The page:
A new study claims that renewables are on track to overtake nuclear power as the dominant energy source in France in the next decade.
The share of renewables in France will hit 42.9 per cent of the country’s power mix by 2023, up from 19.9 per cent in 2018, according to analytics company GlobalData.
And the research suggests that renewables will continue to rise as nuclear reactors come offline.
The report examining France’s power outlook to 2030 reveals that in 2018 nuclear power dominated the capacity mix by 47.2 per cent, followed by renewables, hydropower and thermal power.
In the non-hydro renewable energy mix, wind contributed 56.7 per cent followed by solar PV with 35.6.
GlobalData analyst Piyali Das said that France “is aiming to boost the renewable energy sources through tender mechanism. Renewable power sources are expected to increase at a compound annual growth rate of 8.9 per cent between 2019 and 2030 with a net capacity addition of around 50 GW.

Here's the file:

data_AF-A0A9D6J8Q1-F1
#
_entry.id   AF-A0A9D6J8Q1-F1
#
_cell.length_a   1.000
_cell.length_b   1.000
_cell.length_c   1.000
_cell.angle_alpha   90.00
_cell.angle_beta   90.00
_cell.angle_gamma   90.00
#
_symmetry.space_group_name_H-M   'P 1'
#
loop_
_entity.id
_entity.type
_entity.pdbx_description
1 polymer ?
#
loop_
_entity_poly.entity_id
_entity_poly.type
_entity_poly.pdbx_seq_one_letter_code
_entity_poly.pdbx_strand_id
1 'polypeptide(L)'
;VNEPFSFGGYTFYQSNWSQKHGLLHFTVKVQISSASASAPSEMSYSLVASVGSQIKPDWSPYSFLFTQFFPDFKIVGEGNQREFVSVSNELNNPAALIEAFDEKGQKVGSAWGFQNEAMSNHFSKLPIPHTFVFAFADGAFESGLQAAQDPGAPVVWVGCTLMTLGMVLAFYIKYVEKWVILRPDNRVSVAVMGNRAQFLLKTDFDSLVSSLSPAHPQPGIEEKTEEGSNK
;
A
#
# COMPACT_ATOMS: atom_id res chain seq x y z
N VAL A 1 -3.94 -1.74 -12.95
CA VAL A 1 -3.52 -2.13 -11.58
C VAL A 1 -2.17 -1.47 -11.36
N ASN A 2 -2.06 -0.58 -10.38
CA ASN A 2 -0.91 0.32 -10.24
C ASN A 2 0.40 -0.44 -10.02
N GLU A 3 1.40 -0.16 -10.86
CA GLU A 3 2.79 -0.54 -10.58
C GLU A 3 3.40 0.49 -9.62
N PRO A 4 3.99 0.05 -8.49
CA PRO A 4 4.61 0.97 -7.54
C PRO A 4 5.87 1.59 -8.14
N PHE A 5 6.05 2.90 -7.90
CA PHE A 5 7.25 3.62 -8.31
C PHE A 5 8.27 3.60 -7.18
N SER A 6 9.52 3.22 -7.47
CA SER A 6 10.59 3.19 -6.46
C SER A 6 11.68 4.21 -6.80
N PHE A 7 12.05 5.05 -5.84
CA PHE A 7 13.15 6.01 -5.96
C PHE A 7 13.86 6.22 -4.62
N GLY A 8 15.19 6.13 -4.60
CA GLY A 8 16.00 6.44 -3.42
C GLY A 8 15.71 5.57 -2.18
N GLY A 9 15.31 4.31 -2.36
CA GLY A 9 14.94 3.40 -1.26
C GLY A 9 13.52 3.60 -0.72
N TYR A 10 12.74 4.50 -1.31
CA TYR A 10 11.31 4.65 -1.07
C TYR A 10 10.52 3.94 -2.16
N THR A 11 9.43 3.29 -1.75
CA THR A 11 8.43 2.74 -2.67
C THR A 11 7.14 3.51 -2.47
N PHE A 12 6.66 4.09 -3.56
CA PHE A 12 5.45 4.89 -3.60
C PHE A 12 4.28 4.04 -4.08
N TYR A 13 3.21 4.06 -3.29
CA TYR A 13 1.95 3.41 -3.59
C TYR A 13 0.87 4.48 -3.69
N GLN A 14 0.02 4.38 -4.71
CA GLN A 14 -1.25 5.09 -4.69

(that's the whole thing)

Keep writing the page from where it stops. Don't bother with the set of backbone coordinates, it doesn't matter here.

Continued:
“Installed capacity for onshore wind will double from its current levels of 15.1 GW by 2026, and to support the expansion the government has announced doubling of the renewable energy budget. Solar PV is not behind by much in terms of growth and will witness an addition of more than 24 GW during the same period.”
Das said that in the long-term, the French government has decided to cut down its fossil fuel dependency and is replacing coal and oil power stations with gas-fired plants. The government also has wants to reduce nuclear generation to 50 per cent of net generation by 2035, with a plan to decommission around 14 reactors by 2035 and fill the gap with renewable sources.
“To date the development of renewable energy is largely supported by public support mechanisms,” explained Das. “These mechanisms finance the difference between the remuneration of their production on the wholesale market and the purchasing price guaranteed by the state to the renewable producer.